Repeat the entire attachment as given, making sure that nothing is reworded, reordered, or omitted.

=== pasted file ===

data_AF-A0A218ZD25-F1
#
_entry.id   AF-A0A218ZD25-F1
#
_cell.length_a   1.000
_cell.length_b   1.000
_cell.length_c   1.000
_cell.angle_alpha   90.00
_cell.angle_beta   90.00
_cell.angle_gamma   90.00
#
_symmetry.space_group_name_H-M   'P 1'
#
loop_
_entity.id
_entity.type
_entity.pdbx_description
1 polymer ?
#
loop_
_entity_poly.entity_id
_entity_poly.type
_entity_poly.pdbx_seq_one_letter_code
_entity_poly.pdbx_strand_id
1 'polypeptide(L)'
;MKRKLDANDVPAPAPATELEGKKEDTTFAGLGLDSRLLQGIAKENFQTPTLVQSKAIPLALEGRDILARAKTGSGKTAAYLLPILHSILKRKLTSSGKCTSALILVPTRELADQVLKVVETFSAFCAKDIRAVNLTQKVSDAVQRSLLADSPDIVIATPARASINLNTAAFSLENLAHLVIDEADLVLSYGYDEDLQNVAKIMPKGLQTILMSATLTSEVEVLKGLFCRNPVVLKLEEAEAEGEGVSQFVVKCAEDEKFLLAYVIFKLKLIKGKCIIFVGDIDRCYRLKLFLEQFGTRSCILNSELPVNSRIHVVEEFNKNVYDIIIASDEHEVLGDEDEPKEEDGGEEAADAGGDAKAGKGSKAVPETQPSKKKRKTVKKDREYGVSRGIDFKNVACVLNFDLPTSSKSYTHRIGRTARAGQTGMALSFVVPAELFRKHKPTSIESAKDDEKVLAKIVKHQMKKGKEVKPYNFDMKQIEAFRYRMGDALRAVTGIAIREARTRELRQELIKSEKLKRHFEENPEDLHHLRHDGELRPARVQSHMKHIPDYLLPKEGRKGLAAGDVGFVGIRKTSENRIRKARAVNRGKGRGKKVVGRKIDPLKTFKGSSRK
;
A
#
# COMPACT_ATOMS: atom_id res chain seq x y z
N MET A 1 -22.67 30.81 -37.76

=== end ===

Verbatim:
data_AF-A0A218ZD25-F1
#
_entry.id   AF-A0A218ZD25-F1
#
_cell.length_a   1.000
_cell.length_b   1.000
_cell.length_c   1.000
_cell.angle_alpha   90.00
_cell.angle_beta   90.00
_cell.angle_gamma   90.00
#
_symmetry.space_group_name_H-M   'P 1'
#
loop_
_entity.id
_entity.type
_entity.pdbx_description
1 polymer ?
#
loop_
_entity_poly.entity_id
_entity_poly.type
_entity_poly.pdbx_seq_one_letter_code
_entity_poly.pdbx_strand_id
1 'polypeptide(L)'
;MKRKLDANDVPAPAPATELEGKKEDTTFAGLGLDSRLLQGIAKENFQTPTLVQSKAIPLALEGRDILARAKTGSGKTAAYLLPILHSILKRKLTSSGKCTSALILVPTRELADQVLKVVETFSAFCAKDIRAVNLTQKVSDAVQRSLLADSPDIVIATPARASINLNTAAFSLENLAHLVIDEADLVLSYGYDEDLQNVAKIMPKGLQTILMSATLTSEVEVLKGLFCRNPVVLKLEEAEAEGEGVSQFVVKCAEDEKFLLAYVIFKLKLIKGKCIIFVGDIDRCYRLKLFLEQFGTRSCILNSELPVNSRIHVVEEFNKNVYDIIIASDEHEVLGDEDEPKEEDGGEEAADAGGDAKAGKGSKAVPETQPSKKKRKTVKKDREYGVSRGIDFKNVACVLNFDLPTSSKSYTHRIGRTARAGQTGMALSFVVPAELFRKHKPTSIESAKDDEKVLAKIVKHQMKKGKEVKPYNFDMKQIEAFRYRMGDALRAVTGIAIREARTRELRQELIKSEKLKRHFEENPEDLHHLRHDGELRPARVQSHMKHIPDYLLPKEGRKGLAAGDVGFVGIRKTSENRIRKARAVNRGKGRGKKVVGRKIDPLKTFKGSSRK
;
A
#
# COMPACT_ATOMS: atom_id res chain seq x y z
N MET A 1 -22.67 30.81 -37.76